College Binge Drinking: The Dangers No One Talks About


You want to partake in the fun, but how can you imbibe without good times turning to regret

The dangers of binge drinking in college

You arrive at your college campus of choice, summer’s heat giving way to cooler nights. The school marching band practices nearby, snares and brass echoing between dorms. Then Friday night comes (or, let’s be honest, it could be any night of the week), and your friends decide to head to a party with kegs and a makeshift cocktail bar. Everyone proceeds to drink excessively. You want to partake in the fun, but how can you imbibe without good times turning to regret? Or worse.

The National Institute on Alcohol Abuse and Alcoholism estimates that each year 1,825 college students between the ages of 18 and 24 die from alcohol-related, unintended injuries, including motor vehicle accidents. In the same time frame, about 696,000 college students are assaulted by another student who has been drinking.

Binge drinking, defined by NIAAA is a pattern of drinking that brings blood alcohol concentration (BAC) to 0.08g/dL or above, is particularly problematic, and if you spend a lot of time drunk or hungover, can send your grades, health, and relationships into a tailspin.

Scary stuff, right? You can, however, reduce your chances of bad things happening when you consume alcohol by following The Gordie Center’s safe drinking guidelines:

1. Drink slowly and space your drinks to no more than one per hour. On average, it takes nearly 3 hours for most people to eliminate the amount of alcohol in 2 standard drinks.

2. Eat before and while drinking to slow the absorption of alcohol into your bloodstream.

3. Avoid mixing alcohol with other drugs that might amplify (cold medicine) or mask (caffeine) alcohol’s effects.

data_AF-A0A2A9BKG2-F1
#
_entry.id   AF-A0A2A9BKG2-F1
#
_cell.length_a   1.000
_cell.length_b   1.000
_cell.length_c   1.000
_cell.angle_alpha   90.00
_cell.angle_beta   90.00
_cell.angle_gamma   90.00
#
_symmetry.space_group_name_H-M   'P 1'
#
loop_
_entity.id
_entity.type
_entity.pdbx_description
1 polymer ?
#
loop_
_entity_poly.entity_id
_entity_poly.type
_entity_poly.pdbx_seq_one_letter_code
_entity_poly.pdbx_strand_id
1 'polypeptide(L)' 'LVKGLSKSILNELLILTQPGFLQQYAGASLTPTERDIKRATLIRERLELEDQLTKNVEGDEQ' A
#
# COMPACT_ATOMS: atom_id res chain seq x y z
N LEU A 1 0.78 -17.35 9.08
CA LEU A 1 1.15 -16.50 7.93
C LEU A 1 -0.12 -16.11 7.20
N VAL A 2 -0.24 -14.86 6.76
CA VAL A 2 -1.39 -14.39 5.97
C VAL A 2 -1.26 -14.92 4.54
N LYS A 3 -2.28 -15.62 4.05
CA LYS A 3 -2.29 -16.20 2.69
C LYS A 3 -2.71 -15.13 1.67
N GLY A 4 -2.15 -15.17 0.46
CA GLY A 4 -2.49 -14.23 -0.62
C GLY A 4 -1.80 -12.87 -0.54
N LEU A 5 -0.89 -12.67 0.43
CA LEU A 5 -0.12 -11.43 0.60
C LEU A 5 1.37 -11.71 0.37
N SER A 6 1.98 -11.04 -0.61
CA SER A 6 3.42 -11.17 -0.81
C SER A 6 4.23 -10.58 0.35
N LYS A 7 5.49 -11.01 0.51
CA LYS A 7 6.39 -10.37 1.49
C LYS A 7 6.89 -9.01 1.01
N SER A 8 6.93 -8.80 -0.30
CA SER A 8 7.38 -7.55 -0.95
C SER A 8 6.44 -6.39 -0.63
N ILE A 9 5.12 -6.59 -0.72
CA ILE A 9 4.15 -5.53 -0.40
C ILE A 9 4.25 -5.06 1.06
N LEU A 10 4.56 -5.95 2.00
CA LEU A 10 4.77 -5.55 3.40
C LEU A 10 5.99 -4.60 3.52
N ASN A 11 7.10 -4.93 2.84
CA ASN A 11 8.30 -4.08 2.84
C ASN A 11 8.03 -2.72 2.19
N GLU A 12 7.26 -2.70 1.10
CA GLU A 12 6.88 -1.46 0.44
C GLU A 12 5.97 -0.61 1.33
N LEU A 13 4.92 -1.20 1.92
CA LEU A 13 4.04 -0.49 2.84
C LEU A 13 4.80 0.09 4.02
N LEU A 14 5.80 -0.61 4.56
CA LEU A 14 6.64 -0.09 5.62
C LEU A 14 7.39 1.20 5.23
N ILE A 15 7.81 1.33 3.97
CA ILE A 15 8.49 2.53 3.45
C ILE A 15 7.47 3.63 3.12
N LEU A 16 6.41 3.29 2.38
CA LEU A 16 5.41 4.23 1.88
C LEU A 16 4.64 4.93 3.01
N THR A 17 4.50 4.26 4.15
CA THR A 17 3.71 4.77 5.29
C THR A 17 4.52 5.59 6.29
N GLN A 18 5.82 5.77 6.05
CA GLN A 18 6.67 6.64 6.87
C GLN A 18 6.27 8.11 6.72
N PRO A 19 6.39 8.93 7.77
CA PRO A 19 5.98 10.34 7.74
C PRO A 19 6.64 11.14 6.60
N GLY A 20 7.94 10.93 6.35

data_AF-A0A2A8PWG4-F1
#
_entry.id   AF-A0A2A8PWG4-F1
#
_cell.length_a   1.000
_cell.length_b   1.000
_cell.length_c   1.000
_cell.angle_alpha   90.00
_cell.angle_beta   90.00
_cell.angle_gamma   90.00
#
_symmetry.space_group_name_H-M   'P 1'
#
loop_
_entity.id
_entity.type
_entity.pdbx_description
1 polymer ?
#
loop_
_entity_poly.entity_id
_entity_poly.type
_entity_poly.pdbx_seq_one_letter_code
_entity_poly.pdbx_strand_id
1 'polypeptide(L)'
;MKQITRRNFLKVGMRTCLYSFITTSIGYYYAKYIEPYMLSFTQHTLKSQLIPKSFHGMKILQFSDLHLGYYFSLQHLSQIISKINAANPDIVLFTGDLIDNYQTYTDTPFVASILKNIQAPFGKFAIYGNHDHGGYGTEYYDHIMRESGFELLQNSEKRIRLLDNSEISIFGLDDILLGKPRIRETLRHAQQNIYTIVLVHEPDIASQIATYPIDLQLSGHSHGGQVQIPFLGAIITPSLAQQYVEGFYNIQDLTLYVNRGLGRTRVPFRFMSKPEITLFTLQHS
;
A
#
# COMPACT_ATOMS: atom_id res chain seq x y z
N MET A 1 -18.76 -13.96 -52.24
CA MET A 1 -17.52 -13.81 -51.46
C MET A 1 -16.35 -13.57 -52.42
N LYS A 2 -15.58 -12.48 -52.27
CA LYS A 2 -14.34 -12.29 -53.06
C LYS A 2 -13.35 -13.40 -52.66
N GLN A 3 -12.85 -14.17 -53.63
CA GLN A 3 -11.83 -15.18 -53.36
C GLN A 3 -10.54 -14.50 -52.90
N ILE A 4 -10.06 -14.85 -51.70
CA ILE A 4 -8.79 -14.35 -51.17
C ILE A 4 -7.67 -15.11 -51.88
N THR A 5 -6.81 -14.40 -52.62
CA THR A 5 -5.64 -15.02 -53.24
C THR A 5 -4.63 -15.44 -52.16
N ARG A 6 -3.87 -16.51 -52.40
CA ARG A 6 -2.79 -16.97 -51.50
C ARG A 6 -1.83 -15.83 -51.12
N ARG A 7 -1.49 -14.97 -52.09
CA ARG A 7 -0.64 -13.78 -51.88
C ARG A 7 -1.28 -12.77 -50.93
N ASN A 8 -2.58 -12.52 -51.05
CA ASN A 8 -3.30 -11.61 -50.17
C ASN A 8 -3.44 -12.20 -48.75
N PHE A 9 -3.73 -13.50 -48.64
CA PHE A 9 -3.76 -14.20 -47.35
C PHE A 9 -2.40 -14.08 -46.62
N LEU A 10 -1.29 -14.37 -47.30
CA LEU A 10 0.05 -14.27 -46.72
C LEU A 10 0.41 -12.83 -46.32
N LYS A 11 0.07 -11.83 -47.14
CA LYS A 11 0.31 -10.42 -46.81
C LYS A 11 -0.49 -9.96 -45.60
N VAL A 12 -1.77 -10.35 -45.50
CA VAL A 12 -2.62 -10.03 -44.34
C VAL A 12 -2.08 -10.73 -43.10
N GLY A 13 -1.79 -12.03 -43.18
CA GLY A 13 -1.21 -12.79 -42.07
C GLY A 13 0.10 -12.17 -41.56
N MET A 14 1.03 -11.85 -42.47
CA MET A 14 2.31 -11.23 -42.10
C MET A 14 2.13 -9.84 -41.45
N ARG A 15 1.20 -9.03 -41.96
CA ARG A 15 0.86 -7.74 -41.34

4. Be careful if you’re sleep deprived or ill because this will cause alcohol to enter the body more quickly.

Other tips for controlling consumption include avoiding drinks given to you by a stranger, appointing a designated driver or taking advantage of Uber or Lyft apps, and steering clear of drinking games.

You don’t have to abstain completely from a cold one with friends or a nice glass of wine, but maybe skip the beer pong and keg stands. As you’re partying, remember the reason you came to college in the first place and the dreams you have yet to fulfill.

If you have experience with addiction and/or want to help other students with the stresses of school and potential binge drinking, consider volunteering as a listener on 7 Cups.

For more support, join our empathetic student community, chat with a free, active listener, or start affordable online therapy today.

Sources:

The National Institute on Alcohol Abuse and Alcoholism

The Gordie Center’s safe drinking guidelines


Angie McCullagh

Angie is a Seattle writer who hopes to have a small part in erasing stigmas associated with mental health issues.

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